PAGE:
Despite appearances, making people wait geological timescales for nests isn’t my only passion.
‘Grow yer own’ is something I’ve been getting into for the past few years.
The benefits are numerous; it’s immensely satisfying growing food from seed and if you struggle with depression and other mental health problems, working outside can really help during the bad times and beats the crap out of basket weaving at the community centre.
The produce also tastes infinitely better than the force-grown pish that the supermarkets stock, you have total control over what you’re eating (no pesticides etc) and last, but by no means least, it’s a small and mild mannered ‘fuck you’ to Tesco. Well, Every Little Helps.
Obviously this year I’ve had to start all over again from scratch, and an extremely limited budget meant a bit of ingenuity was called for. One thing I do have plenty of here is space. Very neglected, overgrown, bramble infested space.
Here is the main veg plot as it is at the moment.
Still looks pretty rundown, huh? I can assure it looks amazing when compared to how it looked a couple of months ago.
I’ve dug out the worst of the nettles and brambles (making foul smelling fertiliser from the nettles) and the right side is pretty much clear of weeds now.
Because of a lack of time (and inclination earlier in the year) I’m just concentrating on that side. Later in the year I’ll dig over the left side and cover it with black plastic which should get rid of most of the weeds. The path is edged with reclaimed timber that I got for free (freecycle is great for this sort of thing) and the weed control fabric is seconds quality and cost £20 for a huge roll from eBay. I’m going to get some cheap gravel chippings to finish it off.
Space is nice, but not essential. Lots of stuff does well in pots and tubs, and if you’re not bothered about the place looking like Steptoe’s Yard, tubs are free!
Greenhouses are great. They are also expensive. The last one I built myself, but even that cost a fair amount. So this year’s cucumber home is a flimsy cheap thing that cost £10. I had to strap it to the wall as it won’t stand up to more than a breeze, but it’s doing the job. Yesterday I bought my last tasteless supermarket cucumber for a while. There are sweet peppers in pots in there too.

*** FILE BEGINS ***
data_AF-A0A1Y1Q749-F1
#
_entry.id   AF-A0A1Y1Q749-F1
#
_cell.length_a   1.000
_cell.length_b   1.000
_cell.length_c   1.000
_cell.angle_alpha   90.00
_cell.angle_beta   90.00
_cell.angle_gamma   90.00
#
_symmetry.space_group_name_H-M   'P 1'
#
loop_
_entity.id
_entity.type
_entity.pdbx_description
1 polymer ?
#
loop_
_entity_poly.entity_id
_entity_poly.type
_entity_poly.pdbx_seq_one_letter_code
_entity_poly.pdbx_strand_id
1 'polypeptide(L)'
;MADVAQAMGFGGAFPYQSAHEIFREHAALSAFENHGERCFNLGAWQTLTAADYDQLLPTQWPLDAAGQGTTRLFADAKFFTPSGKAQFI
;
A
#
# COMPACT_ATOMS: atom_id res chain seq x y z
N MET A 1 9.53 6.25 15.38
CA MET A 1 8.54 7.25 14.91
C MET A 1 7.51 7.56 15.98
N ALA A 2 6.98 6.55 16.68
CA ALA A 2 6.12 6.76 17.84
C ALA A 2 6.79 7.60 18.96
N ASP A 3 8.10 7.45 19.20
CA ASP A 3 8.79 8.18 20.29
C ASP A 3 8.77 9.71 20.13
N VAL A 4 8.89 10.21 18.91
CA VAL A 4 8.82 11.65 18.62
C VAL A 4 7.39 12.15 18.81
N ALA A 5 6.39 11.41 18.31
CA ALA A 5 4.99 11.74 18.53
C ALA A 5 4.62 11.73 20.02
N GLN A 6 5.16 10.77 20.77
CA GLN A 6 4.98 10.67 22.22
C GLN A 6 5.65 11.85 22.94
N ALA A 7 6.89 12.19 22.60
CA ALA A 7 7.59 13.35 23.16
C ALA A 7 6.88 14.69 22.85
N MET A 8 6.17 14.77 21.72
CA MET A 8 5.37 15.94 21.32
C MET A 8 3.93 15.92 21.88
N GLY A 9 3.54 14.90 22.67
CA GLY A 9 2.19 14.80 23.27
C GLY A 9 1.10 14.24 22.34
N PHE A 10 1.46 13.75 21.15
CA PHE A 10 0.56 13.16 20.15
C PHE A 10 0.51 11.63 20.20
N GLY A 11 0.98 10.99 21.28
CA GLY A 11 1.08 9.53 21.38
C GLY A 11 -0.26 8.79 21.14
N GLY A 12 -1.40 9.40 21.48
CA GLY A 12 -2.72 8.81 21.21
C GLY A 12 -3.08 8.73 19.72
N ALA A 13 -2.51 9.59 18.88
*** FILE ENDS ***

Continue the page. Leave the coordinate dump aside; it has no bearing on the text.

I’m pleasantly surprised by how well things do in pots with regular feeding.
Still awake? Good. You may have noticed the cloches in the first photo. Not tent prototypes – pest protection. There’s always something wanting to eat your crops. Cabbage fly, carrot fly, caterpillars, pheasants, pigeons, rabbits…
The frames are reclaimed 4 x 2 timber, the hoops are seconds quality alkathene water pipe (£25 for 100m) and the mesh is what I used to use on the very first nests. Fine mesh is only needed for carrot and cabbage fly really, but it stops the other beasties too. It can also get pretty wild here so it gives a bit of protection from the worst of the wind and rain. I’m going to turn them into mini polytunnels for the winter in an attempt to have some stuff all year round.
So there you have it. Hope it provides a bit of inspiration to someone. The main point is you don’t need much space. You’re unlikely to be self-sufficient from a balcony, but just a few reclaimed tubs can provide salad and baby veg. Herbs do well in pots. Tatties do well in bags of compost (or a stack of car tyres) Cucumbers, tomatos and peppers will thrive on a sunny window ledge (who cares if they detract from your new Geneva Chalk & Anthracite worksurfaces) Mustard and cress grow well in takeaway trays…
Embrace your inner Clampett. Grow yer own. It’s good for the soul.
Costs so far:
I’ve experimented this year with Wilkinson’s own brand seed. 60p for most of the types, as opposed to upwards of 2 or sometimes 3 quid from the well known brands. So far? No discernible difference.
Including buying small pots and seed trays, compost, seed, weed membrane, everything, I’ve spent less than a hundred pounds. Next year it will obviously be much less as I’ll only need to buy seed and compost.
Time so far:
Quite a bit. But then most folk probably won’t have such a big, neglected space and not having a life also works to my advantage. A couple of hours in the evening weeding, making cloches or digging is a fine antidote to 8 – 12 hours on the sewing machine. If you went down the pots and tubs route, you’d need very little spare time at all.